RISHI Sunak has accused the Scottish Government of turning its back on the country’s oil and gas industry and the 200,000 jobs it supports.

The Prime Minister seized on a reference to energy in a question from SNP Westminster leader Stephen Flynn at PMQs to attack Nicola Sturgeon’s new energy strategy.

The strategy, published yesterday at Holyrood, suggests accelerating the winding down of the North Sea basin, which is due to be nearly dry by 2050, and a possible “presumption against new exploration” for oil and gas.

At the same time, the strategy proposes a ramping of jobs in the renewable energy sector. 

READ MORE: SNP to consider speeding up decline of North Sea oil and gas sector

However there is industry scepticism that green jobs can ever replace all those lost from oil and gas, as well as resistance from the UK Government, which has the whip hand on energy policy, and which has opened another licensing round for North Sea exploration.

At PMQs, Mr Flynn, the MP for Aberdeen South and a supporter of oil and gas jobs, asked Mr Sunak: “The longest and deepest recession in the entire G7, Brexit, 13 years of Tory rule, the energy price crisis, inflation and interest rates.

“If the people of Scotland are to do the maths, as the Prime Minister so hopes, will they not come to the conclusion that this union simply doesn't add up?”

Mr Sunak replied: “I'm pleased the honourable gentleman brought up energy and he's right to do that, because energy, when it comes to the economy, is incredibly important to Scotland.. and actually Scotland will play a fantastic part in helping us transition to net zero.

“But what we do now know is that the Scottish Government don't want to support the Scottish energy industry and the 200,000 jobs that it produces. 

“I'm keen to work with the Scottish Government to support the North Sea because it's something that we're all very proud of in the United Kingdom.”

READ MORE: Scottish Government's delayed energy strategy to tackle demand for oil and gas

Mr Flynn said: “If he wants to talk about the fact that Scotland is energy rich, but fuel poor on Westminster's watch, I am more than happy to do so.”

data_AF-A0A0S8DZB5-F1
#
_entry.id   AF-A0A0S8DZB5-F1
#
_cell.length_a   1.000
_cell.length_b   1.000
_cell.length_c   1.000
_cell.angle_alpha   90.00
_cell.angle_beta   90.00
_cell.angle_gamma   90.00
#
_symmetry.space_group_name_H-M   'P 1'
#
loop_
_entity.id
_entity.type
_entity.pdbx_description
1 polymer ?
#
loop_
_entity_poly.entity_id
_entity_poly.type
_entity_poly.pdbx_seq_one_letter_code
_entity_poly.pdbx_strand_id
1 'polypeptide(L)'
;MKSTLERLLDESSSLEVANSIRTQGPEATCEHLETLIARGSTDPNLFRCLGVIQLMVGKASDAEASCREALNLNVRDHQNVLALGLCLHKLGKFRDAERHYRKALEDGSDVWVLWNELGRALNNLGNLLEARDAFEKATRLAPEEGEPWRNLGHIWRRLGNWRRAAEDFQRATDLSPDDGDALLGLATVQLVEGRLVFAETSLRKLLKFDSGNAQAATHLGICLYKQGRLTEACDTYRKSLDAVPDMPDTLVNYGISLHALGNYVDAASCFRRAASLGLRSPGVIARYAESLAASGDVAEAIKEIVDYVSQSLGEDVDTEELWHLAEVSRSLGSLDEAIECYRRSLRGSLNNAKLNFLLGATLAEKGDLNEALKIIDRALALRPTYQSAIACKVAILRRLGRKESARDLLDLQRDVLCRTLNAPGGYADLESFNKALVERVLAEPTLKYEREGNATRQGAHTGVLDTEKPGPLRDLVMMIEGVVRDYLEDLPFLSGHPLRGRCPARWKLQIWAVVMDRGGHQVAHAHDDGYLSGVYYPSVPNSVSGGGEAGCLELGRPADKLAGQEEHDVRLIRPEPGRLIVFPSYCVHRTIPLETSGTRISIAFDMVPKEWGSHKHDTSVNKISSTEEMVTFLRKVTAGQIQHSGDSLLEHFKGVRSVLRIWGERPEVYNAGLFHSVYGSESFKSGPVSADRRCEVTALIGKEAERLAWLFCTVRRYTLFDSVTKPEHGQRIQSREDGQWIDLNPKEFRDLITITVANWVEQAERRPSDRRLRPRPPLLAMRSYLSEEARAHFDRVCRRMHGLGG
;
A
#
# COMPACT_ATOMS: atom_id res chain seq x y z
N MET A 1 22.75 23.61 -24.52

Scottish Tory leader Douglas Ross, the MP for Moray as well as a Highlands list MSP, later raised the Scottish Government’s energy plan as well.

To catcalls from the SNP benches, he said: “Scotland’s oil and gas industry supports 90,000 Scottish jobs but yesterday Nicola Sturgeon’s SNP Government published plans calling for as fast as possible shutdown of the industry and an end to new exploration.

“These plans are naive and reckless, and were previously described by the SNP leader in this house [Mr Flynn] as crazy.

“So will the Prime Minister reaffirm his support for Scotland's oil and gas workers and the future of our industry.”

Mr Sunak said Mr Ross was “absolutely right”. 

He said: “We know that we will have to rely on hydrocarbons for decades to come as we transition to net zero and consuming oil and gas from the North Sea means less than half the carbon footprint of importing that same oil and gas, which obviously makes sense to do here, and in the process support tens of thousands of jobs in Scotland.

“So I can reassure him that the Scottish oil and gas industry has this government's wholehearted support.”

Mr Ross said later: “I was delighted to hear the Prime Minister reaffirm the UK Government’s commitment to North Sea oil and gas jobs, in the wake of the SNP yesterday doubling down on its decision to abandon the industry.

“Nicola Sturgeon’s reckless pandering to her Green coalition partners would put tens of thousands of jobs at risk in the North East and imperil our energy security at a time of huge global uncertainty.

“The SNP’s Westminster leader Stephen Flynn must now come clean on whether he backs the First Minister’s stance or his Aberdeen South constituents, whose livelihoods she’d gladly sell down the river. Because he can’t do both.”

Mr Flynn also asked Mr Sunak about his predecessor Boris Johnson earning more than £1million for four speeches in four months since standing down as PM last year.

He said: “Does the Prime Minister not find it utterly perverse that senior members of the Conservative Party are feathering their nest in this way whilst at the same time seeking to deny working people the opportunity to strike for fair pay?”

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Mr Sunak took an apparent dig at Mr Flynn for deposing his predecessor Ian Blackford.

“I don't think we need to talk about our predecessors,” the Prime Minister said, before also referring to former SNP Westminster leader Alex Salmond.

He went on: “I think it was one of his predecessors that did indeed work for [the now banned TV broadcaster] Russia Today, if I'm not mistaken. 

“He talks about the priorities. Yesterday [in a Holyrood debate], the SNP spent time talking yet more about independence at a time when we should be talking about delivering for people across the United Kingdom, focusing on their jobs, improving the NHS across the UK, in Scotland as indeed in everywhere else. 

“That's the kind of thing I want to talk to the Scottish Government about and I hope they will work with me to do that.”